When last we checked in with the musical career of Homer-grown musician Andrew Vait, Vait had these projects in mind:
• Distinguish his solo career as an acoustic, alt-country-folk singer from that of his retro-rock band, Eternal Fair;
• Produce an extended play album for Eternal Fair, “Eternal Fair: Volume 1,” and
• Build his and Eternal Fair’s fan following in Seattle and the Pacific Northwest.
On the Andrew Vait career building-project punch list, put a big X to each of those. Vait, 28, returns to his home town this week with two performances over the New Year’s weekend. At 6 p.m. Saturday Vait and Eternal Fair perform a set and conduct a master class at the Homer Council on the Arts. On New Year’s Eve at AJ’s Old Town Steakhouse and Tavern, Homer fans will see both sides of Vait’s music. He starts the night at 6 p.m. with an acoustic dinner show. At 10 p.m., and with Eternal Fair, Vait performs at AJ’s to ring in the New Year on Alaska time.
The son of Nancy and Leo Vait, Andrew was born in Homer and raised in Nanwalek — his first year — and Homer. He studied jazz with the late Howard Hedges. Intending to play and study jazz saxophone at the University of Miami, he wound up singing in the jazz vocal ensemble. In 2007 he moved to Seattle, where he’s been building a career as both a solo musician under his own name and as part of a three-man group, Eternal Fair.
This month, Eternal Fair passed its goal of raising money through Kickstarter, the social media fundraiser program, to produce its first LP — that’s “long playing” in the ancient recording vernacular — album, raising $8,775, $1,200 above its goal. LP means what it says: the unnamed album will come out as both a compact disc and a vinyl album with an A and B side.
Many musicians today try a market strategy where they release multiple EPs and singles to keep work constantly in the public mind.
“The idea is the market is so saturated you need content constantly,” Vait said in a telephone interview Monday from Anacortes, Wash., where he’s visiting his girlfriend’s family for Christmas.
Eternal Fair’s LP will be different.
“We sat down and looked at these groups of songs,” Vait said. “They belong together on one record, side A and side B.”
For those born after 33-1/3 rpm vinyl albums became archaic, albums once had two sides and had to be turned over to play the complete work.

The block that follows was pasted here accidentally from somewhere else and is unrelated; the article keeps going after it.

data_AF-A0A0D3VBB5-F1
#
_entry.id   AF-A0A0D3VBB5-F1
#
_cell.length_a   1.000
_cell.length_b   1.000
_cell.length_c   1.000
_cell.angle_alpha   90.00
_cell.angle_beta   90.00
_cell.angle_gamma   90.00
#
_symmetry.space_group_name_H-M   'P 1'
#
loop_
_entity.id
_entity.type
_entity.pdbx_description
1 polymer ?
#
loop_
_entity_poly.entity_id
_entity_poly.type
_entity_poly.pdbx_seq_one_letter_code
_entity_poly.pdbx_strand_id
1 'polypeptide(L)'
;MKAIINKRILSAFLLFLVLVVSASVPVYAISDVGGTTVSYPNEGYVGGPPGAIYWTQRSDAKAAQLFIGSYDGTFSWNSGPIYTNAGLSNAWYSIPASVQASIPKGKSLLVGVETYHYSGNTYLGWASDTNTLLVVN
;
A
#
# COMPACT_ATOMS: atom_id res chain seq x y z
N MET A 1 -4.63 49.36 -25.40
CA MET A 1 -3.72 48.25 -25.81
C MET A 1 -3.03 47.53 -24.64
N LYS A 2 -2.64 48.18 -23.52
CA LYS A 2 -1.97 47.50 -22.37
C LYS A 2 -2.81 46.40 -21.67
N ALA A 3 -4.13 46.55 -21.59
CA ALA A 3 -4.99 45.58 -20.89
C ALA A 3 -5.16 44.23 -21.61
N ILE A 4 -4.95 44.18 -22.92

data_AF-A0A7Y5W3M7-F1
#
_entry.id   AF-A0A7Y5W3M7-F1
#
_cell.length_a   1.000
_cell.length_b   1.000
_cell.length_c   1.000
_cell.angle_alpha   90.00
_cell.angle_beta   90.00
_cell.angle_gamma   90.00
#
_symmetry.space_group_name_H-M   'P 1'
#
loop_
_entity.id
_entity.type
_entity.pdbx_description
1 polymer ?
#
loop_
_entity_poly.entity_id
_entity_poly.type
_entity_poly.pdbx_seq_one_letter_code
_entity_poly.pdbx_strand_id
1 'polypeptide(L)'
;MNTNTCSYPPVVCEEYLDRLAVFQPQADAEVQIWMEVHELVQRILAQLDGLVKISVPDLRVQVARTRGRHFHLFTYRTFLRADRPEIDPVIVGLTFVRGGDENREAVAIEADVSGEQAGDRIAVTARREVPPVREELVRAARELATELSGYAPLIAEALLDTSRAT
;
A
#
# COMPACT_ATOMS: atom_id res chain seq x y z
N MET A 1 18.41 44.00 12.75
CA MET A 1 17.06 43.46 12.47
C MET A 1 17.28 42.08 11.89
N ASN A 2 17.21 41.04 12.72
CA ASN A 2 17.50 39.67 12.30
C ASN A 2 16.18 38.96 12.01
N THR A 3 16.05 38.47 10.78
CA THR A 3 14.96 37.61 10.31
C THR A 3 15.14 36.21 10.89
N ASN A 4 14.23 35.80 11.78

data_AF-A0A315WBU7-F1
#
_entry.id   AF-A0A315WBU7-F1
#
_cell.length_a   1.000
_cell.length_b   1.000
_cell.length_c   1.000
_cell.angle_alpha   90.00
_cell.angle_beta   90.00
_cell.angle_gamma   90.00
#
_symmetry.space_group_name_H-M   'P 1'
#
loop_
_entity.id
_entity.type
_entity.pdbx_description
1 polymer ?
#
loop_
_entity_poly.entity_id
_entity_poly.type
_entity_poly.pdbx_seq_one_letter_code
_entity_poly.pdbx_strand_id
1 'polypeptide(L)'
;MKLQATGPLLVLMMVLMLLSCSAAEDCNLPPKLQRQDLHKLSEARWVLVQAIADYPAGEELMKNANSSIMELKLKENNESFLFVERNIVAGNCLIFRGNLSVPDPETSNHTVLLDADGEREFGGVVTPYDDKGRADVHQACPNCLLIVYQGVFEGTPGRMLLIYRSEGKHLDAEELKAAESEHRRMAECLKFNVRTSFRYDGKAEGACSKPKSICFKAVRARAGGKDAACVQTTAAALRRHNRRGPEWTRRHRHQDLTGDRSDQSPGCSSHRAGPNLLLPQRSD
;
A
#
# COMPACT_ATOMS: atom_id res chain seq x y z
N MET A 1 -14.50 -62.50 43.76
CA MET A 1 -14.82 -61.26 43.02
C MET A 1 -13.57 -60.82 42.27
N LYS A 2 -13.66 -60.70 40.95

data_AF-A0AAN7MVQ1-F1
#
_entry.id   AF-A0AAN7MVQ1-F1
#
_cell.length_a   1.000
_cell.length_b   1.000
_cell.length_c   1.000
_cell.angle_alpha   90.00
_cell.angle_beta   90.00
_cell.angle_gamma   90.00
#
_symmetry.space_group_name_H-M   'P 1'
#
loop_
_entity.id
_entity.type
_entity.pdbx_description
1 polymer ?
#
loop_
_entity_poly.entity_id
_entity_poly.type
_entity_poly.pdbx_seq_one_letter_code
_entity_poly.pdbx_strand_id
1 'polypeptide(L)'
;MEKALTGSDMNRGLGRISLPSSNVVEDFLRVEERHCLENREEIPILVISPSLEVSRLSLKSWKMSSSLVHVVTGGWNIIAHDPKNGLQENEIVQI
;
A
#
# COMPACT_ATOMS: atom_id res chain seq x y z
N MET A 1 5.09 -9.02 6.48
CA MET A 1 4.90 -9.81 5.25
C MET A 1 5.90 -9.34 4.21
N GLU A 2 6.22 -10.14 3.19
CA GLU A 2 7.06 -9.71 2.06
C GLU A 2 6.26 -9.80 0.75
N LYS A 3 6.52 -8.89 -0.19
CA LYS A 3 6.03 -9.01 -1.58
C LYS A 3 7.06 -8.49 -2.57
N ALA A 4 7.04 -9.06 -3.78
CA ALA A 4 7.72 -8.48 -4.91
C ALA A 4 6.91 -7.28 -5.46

The unity of the album also evokes an idea The Beatles revolutionized with “Sgt. Pepper’s Lonely Hearts Club Band” — the concept album.
“It deals a lot with dreams and the long term vs. the short term goals we set for ourselves, and how it eventually leads back to the same place,” he said.
Two songs anchor the album, “The Horse That Carries the Wheel 1” and “The Horse That Carries the Wheel 2.” It all ties in with the idea of how we want to be remembered and what we want to teach our children, Vait said. Vait writes most of Eternal Fair’s songs, but the second “The Horse That Carries the Wheel” was written with band mates Chris Jones on bass and Daniel Nash on drums.
Vait said he recognizes the influence of 1960s and later concept albums and rock operas.
“We’re drawing heavily, shamelessly on our influences,” he said. “We’re wearing them on our sleeve, but we’re hoping our concept will be fresh.”
The album isn’t a reaction against a trend in the musical business so much as a response to what Eternal Fair has to say.
“What do we have to say? What we have to say right now takes approximately 46 minutes in 10 songs or so,” Vait said. “We’re not trying to power move the music industry. We do hope what we have to say resonates with our listeners.”
That’s the approach Vait takes with his career: build an audience and fan base.
“For me, it’s the idea we can create a deeper connection with our listeners and create a true fan base that will stay with us through the peaks and valleys,” he said.
Vait also believes musicians can help the next generation of musicians build their art and craft, just as Hedges helped him. Vait has done summer music camps in Homer, and on his visit continues that with his HCOA master class.
“There are musicians from Homer playing pro in the world,” Vait said. “I’m interested in doing my part to see there’s an outlet for Homer musicians to do that. I can only offer my experience.”